Labor Day honors the contributions and achievements of American workers and is traditionally celebrated on the first Monday in September. Labor Day weekend also symbolizes the end of summer for many Americans and is celebrated with parties, street parades and sporting events.
Clearly, labor is related to work in some ways. More specifically, it dates back to the late 1800s, and it's not as boring as it sounds. Go back in time to that era and you'll find that poor working conditions spawned the labor movement's struggle for improvement. Likewise, it was one particularly large strike that led Congress to declare the first Monday in September an official holiday as we know it today.
In the late 1800s, at the height of the American Industrial Revolution, the average American worked 12 hours a day, 7 days a week, to make ends meet. Despite restrictions in some states, children as young as 5 or 6 toil in factories and mines across the country, earning a fraction of the wages of their adult peers.
As manufacturing increasingly replaced agriculture as the source of American employment, labor unions, first emerged in the late 18th century, became more prominent and vocal. They began organizing strikes and rallies to protest poor conditions and compel employers to renegotiate working hours and wages.
On September 5, 1882, some 10,000 New York union members, forgoing a day's wages, marched from City Hall to Union Square together. It was the first parade supporting workers in American history.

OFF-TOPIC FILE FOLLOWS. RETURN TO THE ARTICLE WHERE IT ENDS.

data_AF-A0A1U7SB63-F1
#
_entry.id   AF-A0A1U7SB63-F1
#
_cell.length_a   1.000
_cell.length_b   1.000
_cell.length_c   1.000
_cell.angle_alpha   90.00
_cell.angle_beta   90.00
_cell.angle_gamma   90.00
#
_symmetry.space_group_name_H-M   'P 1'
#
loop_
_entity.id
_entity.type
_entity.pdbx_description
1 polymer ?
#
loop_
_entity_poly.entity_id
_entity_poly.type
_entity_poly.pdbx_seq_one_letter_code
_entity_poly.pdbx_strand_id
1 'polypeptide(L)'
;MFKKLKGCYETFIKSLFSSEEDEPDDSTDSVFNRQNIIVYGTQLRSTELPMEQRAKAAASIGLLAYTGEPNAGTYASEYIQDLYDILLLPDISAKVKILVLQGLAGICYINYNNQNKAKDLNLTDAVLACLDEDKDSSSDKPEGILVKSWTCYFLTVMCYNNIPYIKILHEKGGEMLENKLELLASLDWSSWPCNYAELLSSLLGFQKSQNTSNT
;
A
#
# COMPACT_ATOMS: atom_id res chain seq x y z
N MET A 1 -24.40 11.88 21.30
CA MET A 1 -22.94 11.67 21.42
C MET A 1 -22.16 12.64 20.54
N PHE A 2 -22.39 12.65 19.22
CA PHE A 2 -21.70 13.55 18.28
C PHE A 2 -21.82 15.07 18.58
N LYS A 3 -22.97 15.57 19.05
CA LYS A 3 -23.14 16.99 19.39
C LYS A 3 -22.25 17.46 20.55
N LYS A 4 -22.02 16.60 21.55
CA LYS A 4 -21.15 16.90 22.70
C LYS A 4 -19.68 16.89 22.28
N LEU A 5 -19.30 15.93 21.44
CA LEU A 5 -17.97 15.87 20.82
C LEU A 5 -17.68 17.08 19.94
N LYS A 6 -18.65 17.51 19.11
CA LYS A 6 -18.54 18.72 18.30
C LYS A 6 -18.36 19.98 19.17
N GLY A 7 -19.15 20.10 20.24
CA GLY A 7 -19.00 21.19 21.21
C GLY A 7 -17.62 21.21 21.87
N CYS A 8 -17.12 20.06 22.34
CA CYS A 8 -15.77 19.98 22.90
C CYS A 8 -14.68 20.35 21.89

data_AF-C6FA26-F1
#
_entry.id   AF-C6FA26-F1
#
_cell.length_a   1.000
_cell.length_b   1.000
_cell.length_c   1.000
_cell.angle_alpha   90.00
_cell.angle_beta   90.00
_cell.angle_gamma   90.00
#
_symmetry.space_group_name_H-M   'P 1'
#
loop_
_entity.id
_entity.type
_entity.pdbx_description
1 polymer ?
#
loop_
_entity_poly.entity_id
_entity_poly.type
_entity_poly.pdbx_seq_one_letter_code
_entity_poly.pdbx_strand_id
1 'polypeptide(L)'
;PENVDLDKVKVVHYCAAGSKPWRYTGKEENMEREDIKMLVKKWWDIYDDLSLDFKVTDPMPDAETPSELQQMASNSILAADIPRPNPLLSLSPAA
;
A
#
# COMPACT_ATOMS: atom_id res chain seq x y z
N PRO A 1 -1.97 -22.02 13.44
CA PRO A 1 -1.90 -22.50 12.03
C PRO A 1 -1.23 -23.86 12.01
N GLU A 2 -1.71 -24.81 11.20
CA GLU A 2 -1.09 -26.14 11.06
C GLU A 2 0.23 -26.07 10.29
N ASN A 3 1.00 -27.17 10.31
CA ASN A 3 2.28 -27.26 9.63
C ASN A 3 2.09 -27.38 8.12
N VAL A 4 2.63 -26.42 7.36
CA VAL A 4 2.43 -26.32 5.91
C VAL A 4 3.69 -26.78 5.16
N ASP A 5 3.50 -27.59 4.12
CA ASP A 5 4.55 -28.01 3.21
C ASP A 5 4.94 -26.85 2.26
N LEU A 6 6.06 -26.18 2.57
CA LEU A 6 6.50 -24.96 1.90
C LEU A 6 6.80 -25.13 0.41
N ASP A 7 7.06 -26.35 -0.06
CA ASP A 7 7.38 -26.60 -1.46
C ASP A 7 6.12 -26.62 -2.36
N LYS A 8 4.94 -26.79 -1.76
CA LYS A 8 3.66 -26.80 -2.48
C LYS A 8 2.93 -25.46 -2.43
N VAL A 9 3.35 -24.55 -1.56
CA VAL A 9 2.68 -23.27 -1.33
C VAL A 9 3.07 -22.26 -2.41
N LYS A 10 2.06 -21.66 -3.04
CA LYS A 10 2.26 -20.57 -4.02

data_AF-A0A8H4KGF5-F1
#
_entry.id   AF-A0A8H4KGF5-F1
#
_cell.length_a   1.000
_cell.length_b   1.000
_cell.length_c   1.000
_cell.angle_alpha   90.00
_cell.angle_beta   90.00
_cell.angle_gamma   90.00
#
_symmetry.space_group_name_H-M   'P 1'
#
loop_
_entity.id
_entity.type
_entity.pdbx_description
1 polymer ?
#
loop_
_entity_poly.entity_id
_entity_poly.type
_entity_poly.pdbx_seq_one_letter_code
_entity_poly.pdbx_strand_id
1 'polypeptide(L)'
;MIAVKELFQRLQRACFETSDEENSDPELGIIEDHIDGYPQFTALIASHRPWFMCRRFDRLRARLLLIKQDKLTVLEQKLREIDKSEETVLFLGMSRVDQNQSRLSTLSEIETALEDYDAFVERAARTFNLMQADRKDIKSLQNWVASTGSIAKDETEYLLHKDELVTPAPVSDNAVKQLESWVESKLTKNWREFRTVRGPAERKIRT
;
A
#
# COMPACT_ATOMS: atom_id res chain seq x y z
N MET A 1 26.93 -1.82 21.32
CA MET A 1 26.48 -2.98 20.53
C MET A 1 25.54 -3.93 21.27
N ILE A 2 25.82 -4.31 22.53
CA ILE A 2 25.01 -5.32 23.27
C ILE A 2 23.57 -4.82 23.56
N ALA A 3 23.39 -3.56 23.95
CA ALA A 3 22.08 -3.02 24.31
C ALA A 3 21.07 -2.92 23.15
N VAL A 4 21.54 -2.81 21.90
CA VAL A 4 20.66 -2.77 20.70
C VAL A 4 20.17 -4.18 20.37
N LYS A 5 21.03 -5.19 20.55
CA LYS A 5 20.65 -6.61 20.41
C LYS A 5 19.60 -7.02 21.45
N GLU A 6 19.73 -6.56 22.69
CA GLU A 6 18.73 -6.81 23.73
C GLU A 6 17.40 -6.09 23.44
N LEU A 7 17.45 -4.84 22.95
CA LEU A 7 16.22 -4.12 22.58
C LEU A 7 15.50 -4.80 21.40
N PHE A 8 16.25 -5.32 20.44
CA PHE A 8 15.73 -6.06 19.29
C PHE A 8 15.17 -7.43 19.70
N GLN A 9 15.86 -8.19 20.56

The idea of celebrating a "worker's holiday" on the first Monday in September has caught on in other industrial centers across the country, and many states have passed legislation acknowledging it. Congress didn't legalize the holiday until 12 years later, when a watershed moment in American labor history brought workers' rights straight into the public eye.
On May 11, 1894, employees of the Pullman Palace Automobile Company in Chicago went on strike to protest pay cuts and the firing of union representatives. On June 26, the American Railroad Union, led by Eugene V. Debs, called for a boycott of all Pullman railway cars ,paralyzing rail traffic across the country. To stop the Pullman strike, the federal government sent troops to Chicago, sparking a wave of unrest that killed more than a dozen workers.
Today, the post-industrial economy presents a new set of challenges for working people. But while the details of schedules, working conditions and skill requirements may vary, the fundamental question remains: Can we design a world of work where workers have the opportunity to live and live decently? Labour Day provides an opportunity to reflect on how we can build a world of work that can once again be the foundation of a stable, vibrant and broadly prosperous society.
Labor Day is also the last three-day weekend of summer, the perfect time to squeeze in some last-minute, warm-weather fun.
If you're planning to spend the holidays at home, you can plan a barbecue and cook up some of the best barbecue recipes and easy summer desserts, and play a range of outdoor games for all ages. Feeling fancy? Anyone can watch the parade, but why not break the bike and organize your own Labor Day parade? You can also keep it simple by reading a good book or a movie marathon. If you don't want to linger here, take a road trip out of town and explore a charming new place or National Park you've never seen before. Really, the possibilities are endless - that's why we've done all the work and come up with so many family-friendly ideas to have a great day.